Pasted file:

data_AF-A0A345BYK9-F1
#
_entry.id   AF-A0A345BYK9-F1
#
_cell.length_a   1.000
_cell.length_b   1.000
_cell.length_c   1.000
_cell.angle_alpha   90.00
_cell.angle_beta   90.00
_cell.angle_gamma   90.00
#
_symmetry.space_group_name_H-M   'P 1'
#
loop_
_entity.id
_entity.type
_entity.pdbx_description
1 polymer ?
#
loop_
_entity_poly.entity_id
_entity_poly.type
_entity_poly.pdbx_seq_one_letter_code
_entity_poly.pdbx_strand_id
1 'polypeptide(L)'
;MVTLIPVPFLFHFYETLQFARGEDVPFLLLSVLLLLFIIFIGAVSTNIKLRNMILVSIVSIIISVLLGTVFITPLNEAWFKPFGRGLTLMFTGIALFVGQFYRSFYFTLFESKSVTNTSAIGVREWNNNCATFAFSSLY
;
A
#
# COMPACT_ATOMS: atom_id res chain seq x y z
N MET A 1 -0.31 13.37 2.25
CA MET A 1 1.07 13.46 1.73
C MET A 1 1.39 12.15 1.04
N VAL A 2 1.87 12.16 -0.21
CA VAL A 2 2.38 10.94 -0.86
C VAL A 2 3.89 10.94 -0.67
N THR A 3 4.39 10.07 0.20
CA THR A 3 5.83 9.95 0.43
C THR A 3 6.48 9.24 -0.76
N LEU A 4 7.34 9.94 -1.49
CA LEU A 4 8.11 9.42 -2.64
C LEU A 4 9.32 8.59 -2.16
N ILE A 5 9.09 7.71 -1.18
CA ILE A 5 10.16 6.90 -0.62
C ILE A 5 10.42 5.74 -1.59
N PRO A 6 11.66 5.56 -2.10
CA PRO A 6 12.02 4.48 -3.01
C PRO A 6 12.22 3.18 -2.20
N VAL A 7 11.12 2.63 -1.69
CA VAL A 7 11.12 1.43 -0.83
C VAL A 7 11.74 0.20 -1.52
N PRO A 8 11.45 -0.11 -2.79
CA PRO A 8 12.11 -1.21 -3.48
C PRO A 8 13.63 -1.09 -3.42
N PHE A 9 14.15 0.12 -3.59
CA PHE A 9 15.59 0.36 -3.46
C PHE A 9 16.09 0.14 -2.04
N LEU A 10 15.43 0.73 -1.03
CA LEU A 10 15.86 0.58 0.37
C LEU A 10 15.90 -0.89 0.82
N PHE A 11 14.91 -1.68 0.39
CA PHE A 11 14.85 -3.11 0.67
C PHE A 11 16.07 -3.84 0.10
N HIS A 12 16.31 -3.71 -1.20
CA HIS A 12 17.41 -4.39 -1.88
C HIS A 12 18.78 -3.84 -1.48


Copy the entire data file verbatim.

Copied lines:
data_AF-A0A345BYK9-F1
#
_entry.id   AF-A0A345BYK9-F1
#
_cell.length_a   1.000
_cell.length_b   1.000
_cell.length_c   1.000
_cell.angle_alpha   90.00
_cell.angle_beta   90.00
_cell.angle_gamma   90.00
#
_symmetry.space_group_name_H-M   'P 1'
#
loop_
_entity.id
_entity.type
_entity.pdbx_description
1 polymer ?
#
loop_
_entity_poly.entity_id
_entity_poly.type
_entity_poly.pdbx_seq_one_letter_code
_entity_poly.pdbx_strand_id
1 'polypeptide(L)'
;MVTLIPVPFLFHFYETLQFARGEDVPFLLLSVLLLLFIIFIGAVSTNIKLRNMILVSIVSIIISVLLGTVFITPLNEAWFKPFGRGLTLMFTGIALFVGQFYRSFYFTLFESKSVTNTSAIGVREWNNNCATFAFSSLY
;
A
#
# COMPACT_ATOMS: atom_id res chain seq x y z
N MET A 1 -0.31 13.37 2.25
CA MET A 1 1.07 13.46 1.73
C MET A 1 1.39 12.15 1.04
N VAL A 2 1.87 12.16 -0.21
CA VAL A 2 2.38 10.94 -0.86
C VAL A 2 3.89 10.94 -0.67
N THR A 3 4.39 10.07 0.20
CA THR A 3 5.83 9.95 0.43
C THR A 3 6.48 9.24 -0.76
N LEU A 4 7.34 9.94 -1.49
CA LEU A 4 8.11 9.42 -2.64
C LEU A 4 9.32 8.59 -2.16
N ILE A 5 9.09 7.71 -1.18
CA ILE A 5 10.16 6.90 -0.62
C ILE A 5 10.42 5.74 -1.59
N PRO A 6 11.66 5.56 -2.10
CA PRO A 6 12.02 4.48 -3.01
C PRO A 6 12.22 3.18 -2.20
N VAL A 7 11.12 2.63 -1.69
CA VAL A 7 11.12 1.43 -0.83
C VAL A 7 11.74 0.20 -1.52
N PRO A 8 11.45 -0.11 -2.79
CA PRO A 8 12.11 -1.21 -3.48
C PRO A 8 13.63 -1.09 -3.42
N PHE A 9 14.15 0.12 -3.59
CA PHE A 9 15.59 0.36 -3.46
C PHE A 9 16.09 0.14 -2.04
N LEU A 10 15.43 0.73 -1.03
CA LEU A 10 15.86 0.58 0.37
C LEU A 10 15.90 -0.89 0.82
N PHE A 11 14.91 -1.68 0.39
CA PHE A 11 14.85 -3.11 0.67
C PHE A 11 16.07 -3.84 0.10
N HIS A 12 16.31 -3.71 -1.20
CA HIS A 12 17.41 -4.39 -1.88
C HIS A 12 18.78 -3.84 -1.48